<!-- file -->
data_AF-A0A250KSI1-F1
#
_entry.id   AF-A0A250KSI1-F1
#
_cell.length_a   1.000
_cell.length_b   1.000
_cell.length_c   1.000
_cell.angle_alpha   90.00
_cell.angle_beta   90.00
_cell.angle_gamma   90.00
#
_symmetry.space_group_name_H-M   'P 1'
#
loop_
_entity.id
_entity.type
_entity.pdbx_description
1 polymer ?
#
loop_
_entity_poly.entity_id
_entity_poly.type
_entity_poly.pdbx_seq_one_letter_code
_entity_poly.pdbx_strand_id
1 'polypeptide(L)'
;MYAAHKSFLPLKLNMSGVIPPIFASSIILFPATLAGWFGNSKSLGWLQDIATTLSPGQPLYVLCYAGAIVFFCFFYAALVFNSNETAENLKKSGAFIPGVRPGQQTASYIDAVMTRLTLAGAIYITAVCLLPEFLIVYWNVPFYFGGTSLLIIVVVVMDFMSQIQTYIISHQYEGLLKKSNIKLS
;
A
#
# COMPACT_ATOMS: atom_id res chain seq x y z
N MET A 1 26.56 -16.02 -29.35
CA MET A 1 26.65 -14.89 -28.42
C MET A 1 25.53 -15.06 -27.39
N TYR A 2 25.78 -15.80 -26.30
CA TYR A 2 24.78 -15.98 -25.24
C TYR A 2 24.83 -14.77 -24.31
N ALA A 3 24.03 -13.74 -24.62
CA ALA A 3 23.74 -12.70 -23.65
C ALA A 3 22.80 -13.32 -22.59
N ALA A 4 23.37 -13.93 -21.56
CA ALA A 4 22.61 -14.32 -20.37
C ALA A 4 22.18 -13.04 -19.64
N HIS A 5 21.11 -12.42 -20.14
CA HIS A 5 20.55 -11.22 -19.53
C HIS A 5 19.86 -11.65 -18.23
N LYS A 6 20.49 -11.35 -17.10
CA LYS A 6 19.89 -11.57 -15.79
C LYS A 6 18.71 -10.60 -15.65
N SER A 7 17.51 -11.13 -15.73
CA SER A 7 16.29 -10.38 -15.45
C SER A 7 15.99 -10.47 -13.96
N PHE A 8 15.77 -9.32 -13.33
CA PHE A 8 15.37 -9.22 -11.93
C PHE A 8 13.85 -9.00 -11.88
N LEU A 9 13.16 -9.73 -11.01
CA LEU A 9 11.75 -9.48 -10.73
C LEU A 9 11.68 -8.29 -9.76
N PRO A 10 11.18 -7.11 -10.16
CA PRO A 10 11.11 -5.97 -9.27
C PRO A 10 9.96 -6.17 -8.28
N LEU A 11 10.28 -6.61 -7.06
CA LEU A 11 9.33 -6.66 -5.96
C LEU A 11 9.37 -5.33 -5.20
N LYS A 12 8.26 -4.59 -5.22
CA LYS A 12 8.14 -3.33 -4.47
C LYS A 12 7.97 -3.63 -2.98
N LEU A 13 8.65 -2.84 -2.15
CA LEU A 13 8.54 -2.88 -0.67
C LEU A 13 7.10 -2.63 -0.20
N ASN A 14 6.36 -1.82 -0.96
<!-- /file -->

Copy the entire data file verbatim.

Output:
data_AF-A0A250KSI1-F1
#
_entry.id   AF-A0A250KSI1-F1
#
_cell.length_a   1.000
_cell.length_b   1.000
_cell.length_c   1.000
_cell.angle_alpha   90.00
_cell.angle_beta   90.00
_cell.angle_gamma   90.00
#
_symmetry.space_group_name_H-M   'P 1'
#
loop_
_entity.id
_entity.type
_entity.pdbx_description
1 polymer ?
#
loop_
_entity_poly.entity_id
_entity_poly.type
_entity_poly.pdbx_seq_one_letter_code
_entity_poly.pdbx_strand_id
1 'polypeptide(L)'
;MYAAHKSFLPLKLNMSGVIPPIFASSIILFPATLAGWFGNSKSLGWLQDIATTLSPGQPLYVLCYAGAIVFFCFFYAALVFNSNETAENLKKSGAFIPGVRPGQQTASYIDAVMTRLTLAGAIYITAVCLLPEFLIVYWNVPFYFGGTSLLIIVVVVMDFMSQIQTYIISHQYEGLLKKSNIKLS
;
A
#
# COMPACT_ATOMS: atom_id res chain seq x y z
N MET A 1 26.56 -16.02 -29.35
CA MET A 1 26.65 -14.89 -28.42
C MET A 1 25.53 -15.06 -27.39
N TYR A 2 25.78 -15.80 -26.30
CA TYR A 2 24.78 -15.98 -25.24
C TYR A 2 24.83 -14.77 -24.31
N ALA A 3 24.03 -13.74 -24.62
CA ALA A 3 23.74 -12.70 -23.65
C ALA A 3 22.80 -13.32 -22.59
N ALA A 4 23.37 -13.93 -21.56
CA ALA A 4 22.61 -14.32 -20.37
C ALA A 4 22.18 -13.04 -19.64
N HIS A 5 21.11 -12.42 -20.14
CA HIS A 5 20.55 -11.22 -19.53
C HIS A 5 19.86 -11.65 -18.23
N LYS A 6 20.49 -11.35 -17.10
CA LYS A 6 19.89 -11.57 -15.79
C LYS A 6 18.71 -10.60 -15.65
N SER A 7 17.51 -11.13 -15.73
CA SER A 7 16.29 -10.38 -15.45
C SER A 7 15.99 -10.47 -13.96
N PHE A 8 15.77 -9.32 -13.33
CA PHE A 8 15.37 -9.22 -11.93
C PHE A 8 13.85 -9.00 -11.88
N LEU A 9 13.16 -9.73 -11.01
CA LEU A 9 11.75 -9.48 -10.73
C LEU A 9 11.68 -8.29 -9.76
N PRO A 10 11.18 -7.11 -10.16
CA PRO A 10 11.11 -5.97 -9.27
C PRO A 10 9.96 -6.17 -8.28
N LEU A 11 10.28 -6.61 -7.06
CA LEU A 11 9.33 -6.66 -5.96
C LEU A 11 9.37 -5.33 -5.20
N LYS A 12 8.26 -4.59 -5.22
CA LYS A 12 8.14 -3.33 -4.47
C LYS A 12 7.97 -3.63 -2.98
N LEU A 13 8.65 -2.84 -2.15
CA LEU A 13 8.54 -2.88 -0.67
C LEU A 13 7.10 -2.63 -0.20
N ASN A 14 6.36 -1.82 -0.96